More Than 80 Climate-Related Lawsuits Hit U.S. Courts in 2017
More than 80 climate change-related lawsuits were filed in American courts in 2017, according to Columbia University’s Sabin Center for Climate Change Law, which set out “to understand how litigation countered—and at times courted—the influx of climate change deregulation during the first year of the Trump administration.”
According to an executive summary of the report by Climate Law Fellow Dena Adler, 60 of the cases in the review argued in favour of climate protection, while 22 opposed it. Of the 60 pro-climate cases, 14 involved defending Obama-era climate change policies and decisions directly, while the remainder were concerned with promoting transparency and scientific integrity from the Trump administration, integrating climate change considerations into environmental reviews, and “advancing or enforcing additional climate protections through the courts.”
Like this story? Subscribe to The Energy Mix and never miss an edition of our free e-digest.
The mix of those cases also points toward “new developments, such as a surge of municipalities suing fossil fuel companies under state common law.”
Cases filed in support of Trump’s rollback agenda, Adler notes, “ranged from petitions to review Obama administration climate rules, to contestations over state-level denials of environmental permits for fossil fuel infrastructure, to charges of defamation against critics of the fossil fuel industry.”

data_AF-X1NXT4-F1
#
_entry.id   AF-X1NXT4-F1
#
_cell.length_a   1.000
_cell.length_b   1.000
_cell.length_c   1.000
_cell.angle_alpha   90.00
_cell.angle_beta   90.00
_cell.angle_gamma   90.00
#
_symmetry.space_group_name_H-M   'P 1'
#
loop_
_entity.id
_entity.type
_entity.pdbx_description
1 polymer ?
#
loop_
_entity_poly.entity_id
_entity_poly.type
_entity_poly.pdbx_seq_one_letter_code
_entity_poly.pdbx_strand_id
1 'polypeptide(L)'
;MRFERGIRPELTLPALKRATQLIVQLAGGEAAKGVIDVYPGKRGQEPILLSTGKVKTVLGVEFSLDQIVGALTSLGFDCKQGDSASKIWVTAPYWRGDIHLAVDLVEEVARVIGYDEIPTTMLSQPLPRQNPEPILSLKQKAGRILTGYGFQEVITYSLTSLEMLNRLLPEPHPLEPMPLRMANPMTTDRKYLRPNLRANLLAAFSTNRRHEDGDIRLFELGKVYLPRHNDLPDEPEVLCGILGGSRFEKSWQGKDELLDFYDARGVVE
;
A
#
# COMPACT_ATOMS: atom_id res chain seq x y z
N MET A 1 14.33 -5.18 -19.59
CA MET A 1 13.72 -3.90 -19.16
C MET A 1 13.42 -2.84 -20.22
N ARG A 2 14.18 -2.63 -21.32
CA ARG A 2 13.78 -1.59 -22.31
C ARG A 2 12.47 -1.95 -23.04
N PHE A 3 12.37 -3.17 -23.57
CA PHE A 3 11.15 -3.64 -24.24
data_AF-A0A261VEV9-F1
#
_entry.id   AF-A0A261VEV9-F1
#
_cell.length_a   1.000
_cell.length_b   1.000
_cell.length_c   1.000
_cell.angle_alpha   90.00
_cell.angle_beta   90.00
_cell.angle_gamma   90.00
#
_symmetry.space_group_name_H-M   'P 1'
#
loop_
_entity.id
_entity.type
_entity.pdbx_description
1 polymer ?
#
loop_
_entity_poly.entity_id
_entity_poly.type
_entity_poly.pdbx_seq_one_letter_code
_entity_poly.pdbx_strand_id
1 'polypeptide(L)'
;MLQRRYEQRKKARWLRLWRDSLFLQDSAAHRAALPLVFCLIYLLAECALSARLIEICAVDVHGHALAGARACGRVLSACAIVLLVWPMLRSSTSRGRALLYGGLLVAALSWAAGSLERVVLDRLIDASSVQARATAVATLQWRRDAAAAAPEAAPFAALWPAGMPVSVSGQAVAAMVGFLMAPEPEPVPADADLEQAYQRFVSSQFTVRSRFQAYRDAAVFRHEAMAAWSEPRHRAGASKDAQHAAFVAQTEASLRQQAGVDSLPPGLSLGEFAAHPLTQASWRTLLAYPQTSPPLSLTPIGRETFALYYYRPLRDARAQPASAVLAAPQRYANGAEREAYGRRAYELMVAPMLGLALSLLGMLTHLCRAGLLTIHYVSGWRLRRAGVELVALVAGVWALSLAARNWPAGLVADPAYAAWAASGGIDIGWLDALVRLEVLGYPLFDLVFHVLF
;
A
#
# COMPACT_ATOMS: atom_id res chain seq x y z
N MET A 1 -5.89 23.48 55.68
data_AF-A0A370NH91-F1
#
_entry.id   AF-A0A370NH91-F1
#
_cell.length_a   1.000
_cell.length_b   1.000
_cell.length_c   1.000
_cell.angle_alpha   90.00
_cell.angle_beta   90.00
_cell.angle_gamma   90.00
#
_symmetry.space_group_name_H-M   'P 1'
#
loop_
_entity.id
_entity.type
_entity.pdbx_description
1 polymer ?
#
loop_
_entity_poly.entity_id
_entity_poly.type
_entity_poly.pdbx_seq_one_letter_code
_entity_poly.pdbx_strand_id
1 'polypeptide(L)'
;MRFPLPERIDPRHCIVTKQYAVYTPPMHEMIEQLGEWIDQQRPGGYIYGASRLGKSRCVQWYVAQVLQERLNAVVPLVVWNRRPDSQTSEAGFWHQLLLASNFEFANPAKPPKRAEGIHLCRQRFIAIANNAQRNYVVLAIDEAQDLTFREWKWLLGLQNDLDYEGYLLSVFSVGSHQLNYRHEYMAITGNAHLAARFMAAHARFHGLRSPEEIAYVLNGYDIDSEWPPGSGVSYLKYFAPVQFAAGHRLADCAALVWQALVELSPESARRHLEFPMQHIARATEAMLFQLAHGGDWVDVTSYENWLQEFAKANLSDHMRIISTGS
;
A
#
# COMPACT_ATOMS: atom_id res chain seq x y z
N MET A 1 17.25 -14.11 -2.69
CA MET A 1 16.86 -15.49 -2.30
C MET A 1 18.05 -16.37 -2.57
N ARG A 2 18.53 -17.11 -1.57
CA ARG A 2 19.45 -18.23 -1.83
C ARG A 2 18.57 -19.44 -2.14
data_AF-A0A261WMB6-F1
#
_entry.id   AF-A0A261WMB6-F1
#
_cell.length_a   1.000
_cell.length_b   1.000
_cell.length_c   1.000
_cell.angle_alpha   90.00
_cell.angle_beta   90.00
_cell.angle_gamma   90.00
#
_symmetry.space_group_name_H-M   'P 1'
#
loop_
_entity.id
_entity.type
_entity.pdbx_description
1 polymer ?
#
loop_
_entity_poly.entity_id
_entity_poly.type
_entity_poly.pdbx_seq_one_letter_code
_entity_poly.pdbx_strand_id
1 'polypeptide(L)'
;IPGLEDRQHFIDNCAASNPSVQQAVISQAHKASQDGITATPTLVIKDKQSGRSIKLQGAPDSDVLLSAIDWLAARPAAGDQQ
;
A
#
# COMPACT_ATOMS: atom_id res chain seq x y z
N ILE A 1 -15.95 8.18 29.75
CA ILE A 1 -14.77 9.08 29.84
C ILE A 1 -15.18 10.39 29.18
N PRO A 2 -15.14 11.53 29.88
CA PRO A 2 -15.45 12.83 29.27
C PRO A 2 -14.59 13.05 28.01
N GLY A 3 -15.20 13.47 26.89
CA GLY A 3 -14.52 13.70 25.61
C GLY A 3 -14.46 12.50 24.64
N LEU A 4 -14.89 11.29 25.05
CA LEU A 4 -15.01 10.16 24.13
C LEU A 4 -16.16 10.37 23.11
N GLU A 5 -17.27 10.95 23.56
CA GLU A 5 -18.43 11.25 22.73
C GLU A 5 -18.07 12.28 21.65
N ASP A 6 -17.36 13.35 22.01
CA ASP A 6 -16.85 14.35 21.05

Non-government organizations brought forward more than half of the cases, both pro and con, Adler found. “Looking within the pro category,” she writes, “NGOs brought 72% of the pro-litigation items,” with “municipal, state, and tribal government entities [being] plaintiffs or petitioners in 28% of pro cases, including actions from more than a dozen states.”
Industry entities, mostly private companies and trade groups, “brought 20% of total cases and 68% of con cases,” Adler states, adding that “conservative think tanks closely aligned with industry interests” took part in 27% of the con cases.
While more than a dozen U.S. government agencies faced legal action, 55% of the cases against federal defendants focused on the Department of the Interior, the Environmental Protection Agency, their officials, or “sub-entities” within the two departments.